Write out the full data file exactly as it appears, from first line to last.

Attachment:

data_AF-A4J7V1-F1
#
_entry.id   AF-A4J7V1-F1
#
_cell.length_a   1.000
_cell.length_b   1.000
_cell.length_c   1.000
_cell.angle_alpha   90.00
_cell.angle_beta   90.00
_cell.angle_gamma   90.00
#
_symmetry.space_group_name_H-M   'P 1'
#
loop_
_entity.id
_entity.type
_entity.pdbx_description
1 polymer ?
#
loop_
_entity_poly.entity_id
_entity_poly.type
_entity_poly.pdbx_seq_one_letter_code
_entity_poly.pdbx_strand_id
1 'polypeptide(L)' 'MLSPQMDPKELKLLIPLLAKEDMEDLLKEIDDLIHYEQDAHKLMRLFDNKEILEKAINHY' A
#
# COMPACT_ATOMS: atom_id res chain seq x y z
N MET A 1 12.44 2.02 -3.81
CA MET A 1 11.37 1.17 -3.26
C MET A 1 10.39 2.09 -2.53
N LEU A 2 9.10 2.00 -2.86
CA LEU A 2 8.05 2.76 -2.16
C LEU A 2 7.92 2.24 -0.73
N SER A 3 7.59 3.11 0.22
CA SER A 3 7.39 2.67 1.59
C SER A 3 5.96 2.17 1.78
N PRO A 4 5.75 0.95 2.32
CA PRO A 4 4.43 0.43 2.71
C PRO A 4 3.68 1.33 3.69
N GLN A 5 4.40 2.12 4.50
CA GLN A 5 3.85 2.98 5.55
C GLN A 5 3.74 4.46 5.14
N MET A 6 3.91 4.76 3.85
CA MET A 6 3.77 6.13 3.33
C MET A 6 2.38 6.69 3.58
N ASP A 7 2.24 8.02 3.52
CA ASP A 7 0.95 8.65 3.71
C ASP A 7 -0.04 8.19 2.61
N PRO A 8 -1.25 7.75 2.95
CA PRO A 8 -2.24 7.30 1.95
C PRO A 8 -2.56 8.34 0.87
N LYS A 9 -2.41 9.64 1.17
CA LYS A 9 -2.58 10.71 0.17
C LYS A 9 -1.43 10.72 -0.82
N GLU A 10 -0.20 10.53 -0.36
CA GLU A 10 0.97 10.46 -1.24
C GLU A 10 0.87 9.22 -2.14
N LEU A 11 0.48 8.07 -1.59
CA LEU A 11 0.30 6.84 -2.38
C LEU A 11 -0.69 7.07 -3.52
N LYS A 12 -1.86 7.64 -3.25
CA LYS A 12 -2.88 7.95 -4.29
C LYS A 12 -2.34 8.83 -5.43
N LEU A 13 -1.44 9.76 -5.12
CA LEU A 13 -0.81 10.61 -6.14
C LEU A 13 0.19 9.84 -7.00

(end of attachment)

data_AF-A4J7V1-F1
#
_entry.id   AF-A4J7V1-F1
#
_cell.length_a   1.000
_cell.length_b   1.000
_cell.length_c   1.000
_cell.angle_alpha   90.00
_cell.angle_beta   90.00
_cell.angle_gamma   90.00
#
_symmetry.space_group_name_H-M   'P 1'
#
loop_
_entity.id
_entity.type
_entity.pdbx_description
1 polymer ?
#
loop_
_entity_poly.entity_id
_entity_poly.type
_entity_poly.pdbx_seq_one_letter_code
_entity_poly.pdbx_strand_id
1 'polypeptide(L)' 'MLSPQMDPKELKLLIPLLAKEDMEDLLKEIDDLIHYEQDAHKLMRLFDNKEILEKAINHY' A
#
# COMPACT_ATOMS: atom_id res chain seq x y z
N MET A 1 12.44 2.02 -3.81
CA MET A 1 11.37 1.17 -3.26
C MET A 1 10.39 2.09 -2.53
N LEU A 2 9.10 2.00 -2.86
CA LEU A 2 8.05 2.76 -2.16
C LEU A 2 7.92 2.24 -0.73
N SER A 3 7.59 3.11 0.22
CA SER A 3 7.39 2.67 1.59
C SER A 3 5.96 2.17 1.78
N PRO A 4 5.75 0.95 2.32
CA PRO A 4 4.43 0.43 2.71
C PRO A 4 3.68 1.33 3.69
N GLN A 5 4.40 2.12 4.50
CA GLN A 5 3.85 2.98 5.55
C GLN A 5 3.74 4.46 5.14
N MET A 6 3.91 4.76 3.85
CA MET A 6 3.77 6.13 3.33
C MET A 6 2.38 6.69 3.58
N ASP A 7 2.24 8.02 3.52
CA ASP A 7 0.95 8.65 3.71
C ASP A 7 -0.04 8.19 2.61
N PRO A 8 -1.25 7.75 2.95
CA PRO A 8 -2.24 7.30 1.95
C PRO A 8 -2.56 8.34 0.87
N LYS A 9 -2.41 9.64 1.17
CA LYS A 9 -2.58 10.71 0.17
C LYS A 9 -1.43 10.72 -0.82
N GLU A 10 -0.20 10.53 -0.36
CA GLU A 10 0.97 10.46 -1.24
C GLU A 10 0.87 9.22 -2.14
N LEU A 11 0.48 8.07 -1.59
CA LEU A 11 0.30 6.84 -2.38
C LEU A 11 -0.69 7.07 -3.52
N LYS A 12 -1.86 7.64 -3.25
CA LYS A 12 -2.88 7.95 -4.29
C LYS A 12 -2.34 8.83 -5.43
N LEU A 13 -1.44 9.76 -5.12
CA LEU A 13 -0.81 10.61 -6.14
C LEU A 13 0.19 9.84 -7.00